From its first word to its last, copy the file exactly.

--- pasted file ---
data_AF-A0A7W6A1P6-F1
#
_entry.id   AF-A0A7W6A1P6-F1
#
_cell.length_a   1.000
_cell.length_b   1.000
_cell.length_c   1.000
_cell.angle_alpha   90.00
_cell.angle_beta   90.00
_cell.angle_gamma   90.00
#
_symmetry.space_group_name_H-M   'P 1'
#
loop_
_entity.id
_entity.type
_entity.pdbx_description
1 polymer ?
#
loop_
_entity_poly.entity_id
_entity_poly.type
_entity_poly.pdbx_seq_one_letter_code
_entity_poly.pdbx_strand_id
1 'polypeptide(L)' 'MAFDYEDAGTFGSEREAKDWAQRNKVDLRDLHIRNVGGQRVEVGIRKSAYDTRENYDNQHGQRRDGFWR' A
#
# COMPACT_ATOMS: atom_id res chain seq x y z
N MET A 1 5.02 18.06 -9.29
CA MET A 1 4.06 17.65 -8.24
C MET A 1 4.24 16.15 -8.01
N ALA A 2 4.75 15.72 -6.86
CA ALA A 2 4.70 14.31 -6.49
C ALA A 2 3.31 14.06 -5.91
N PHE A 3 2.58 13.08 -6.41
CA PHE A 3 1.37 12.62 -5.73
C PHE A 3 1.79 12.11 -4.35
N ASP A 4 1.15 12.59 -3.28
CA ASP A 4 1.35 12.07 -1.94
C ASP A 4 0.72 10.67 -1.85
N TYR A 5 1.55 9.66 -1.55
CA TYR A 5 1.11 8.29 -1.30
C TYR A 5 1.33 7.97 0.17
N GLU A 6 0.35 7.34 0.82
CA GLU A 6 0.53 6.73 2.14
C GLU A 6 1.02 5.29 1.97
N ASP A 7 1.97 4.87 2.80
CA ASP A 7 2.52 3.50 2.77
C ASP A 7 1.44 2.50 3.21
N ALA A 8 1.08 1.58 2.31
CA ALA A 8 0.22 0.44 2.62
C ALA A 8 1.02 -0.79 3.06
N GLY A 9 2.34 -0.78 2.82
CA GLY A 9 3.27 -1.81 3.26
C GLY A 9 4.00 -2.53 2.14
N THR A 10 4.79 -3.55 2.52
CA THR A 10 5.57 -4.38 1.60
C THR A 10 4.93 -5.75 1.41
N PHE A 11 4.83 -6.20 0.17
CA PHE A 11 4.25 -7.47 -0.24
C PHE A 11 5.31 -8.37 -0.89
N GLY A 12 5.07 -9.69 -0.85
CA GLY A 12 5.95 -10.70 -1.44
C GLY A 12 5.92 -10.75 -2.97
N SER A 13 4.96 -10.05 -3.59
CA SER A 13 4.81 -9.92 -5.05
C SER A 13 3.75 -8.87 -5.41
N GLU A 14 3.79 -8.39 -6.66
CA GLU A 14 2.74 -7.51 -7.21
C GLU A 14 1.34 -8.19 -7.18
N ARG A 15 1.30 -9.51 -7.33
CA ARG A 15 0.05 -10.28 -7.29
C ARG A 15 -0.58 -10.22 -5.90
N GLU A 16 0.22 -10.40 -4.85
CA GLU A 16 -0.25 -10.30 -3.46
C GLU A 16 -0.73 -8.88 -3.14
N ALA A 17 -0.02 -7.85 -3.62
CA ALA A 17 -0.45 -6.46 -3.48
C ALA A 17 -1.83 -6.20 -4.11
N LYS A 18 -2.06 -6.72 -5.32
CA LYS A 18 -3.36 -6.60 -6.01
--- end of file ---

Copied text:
data_AF-A0A7W6A1P6-F1
#
_entry.id   AF-A0A7W6A1P6-F1
#
_cell.length_a   1.000
_cell.length_b   1.000
_cell.length_c   1.000
_cell.angle_alpha   90.00
_cell.angle_beta   90.00
_cell.angle_gamma   90.00
#
_symmetry.space_group_name_H-M   'P 1'
#
loop_
_entity.id
_entity.type
_entity.pdbx_description
1 polymer ?
#
loop_
_entity_poly.entity_id
_entity_poly.type
_entity_poly.pdbx_seq_one_letter_code
_entity_poly.pdbx_strand_id
1 'polypeptide(L)' 'MAFDYEDAGTFGSEREAKDWAQRNKVDLRDLHIRNVGGQRVEVGIRKSAYDTRENYDNQHGQRRDGFWR' A
#
# COMPACT_ATOMS: atom_id res chain seq x y z
N MET A 1 5.02 18.06 -9.29
CA MET A 1 4.06 17.65 -8.24
C MET A 1 4.24 16.15 -8.01
N ALA A 2 4.75 15.72 -6.86
CA ALA A 2 4.70 14.31 -6.49
C ALA A 2 3.31 14.06 -5.91
N PHE A 3 2.58 13.08 -6.41
CA PHE A 3 1.37 12.62 -5.73
C PHE A 3 1.79 12.11 -4.35
N ASP A 4 1.15 12.59 -3.28
CA ASP A 4 1.35 12.07 -1.94
C ASP A 4 0.72 10.67 -1.85
N TYR A 5 1.55 9.66 -1.55
CA TYR A 5 1.11 8.29 -1.30
C TYR A 5 1.33 7.97 0.17
N GLU A 6 0.35 7.34 0.82
CA GLU A 6 0.53 6.73 2.14
C GLU A 6 1.02 5.29 1.97
N ASP A 7 1.97 4.87 2.80
CA ASP A 7 2.52 3.50 2.77
C ASP A 7 1.44 2.50 3.21
N ALA A 8 1.08 1.58 2.31
CA ALA A 8 0.22 0.44 2.62
C ALA A 8 1.02 -0.79 3.06
N GLY A 9 2.34 -0.78 2.82
CA GLY A 9 3.27 -1.81 3.26
C GLY A 9 4.00 -2.53 2.14
N THR A 10 4.79 -3.55 2.52
CA THR A 10 5.57 -4.38 1.60
C THR A 10 4.93 -5.75 1.41
N PHE A 11 4.83 -6.20 0.17
CA PHE A 11 4.25 -7.47 -0.24
C PHE A 11 5.31 -8.37 -0.89
N GLY A 12 5.07 -9.69 -0.85
CA GLY A 12 5.95 -10.70 -1.44
C GLY A 12 5.92 -10.75 -2.97
N SER A 13 4.96 -10.05 -3.59
CA SER A 13 4.81 -9.92 -5.05
C SER A 13 3.75 -8.87 -5.41
N GLU A 14 3.79 -8.39 -6.66
CA GLU A 14 2.74 -7.51 -7.21
C GLU A 14 1.34 -8.19 -7.18
N ARG A 15 1.30 -9.51 -7.33
CA ARG A 15 0.05 -10.28 -7.29
C ARG A 15 -0.58 -10.22 -5.90
N GLU A 16 0.22 -10.40 -4.85
CA GLU A 16 -0.25 -10.30 -3.46
C GLU A 16 -0.73 -8.88 -3.14
N ALA A 17 -0.02 -7.85 -3.62
CA ALA A 17 -0.45 -6.46 -3.48
C ALA A 17 -1.83 -6.20 -4.11
N LYS A 18 -2.06 -6.72 -5.32
CA LYS A 18 -3.36 -6.60 -6.01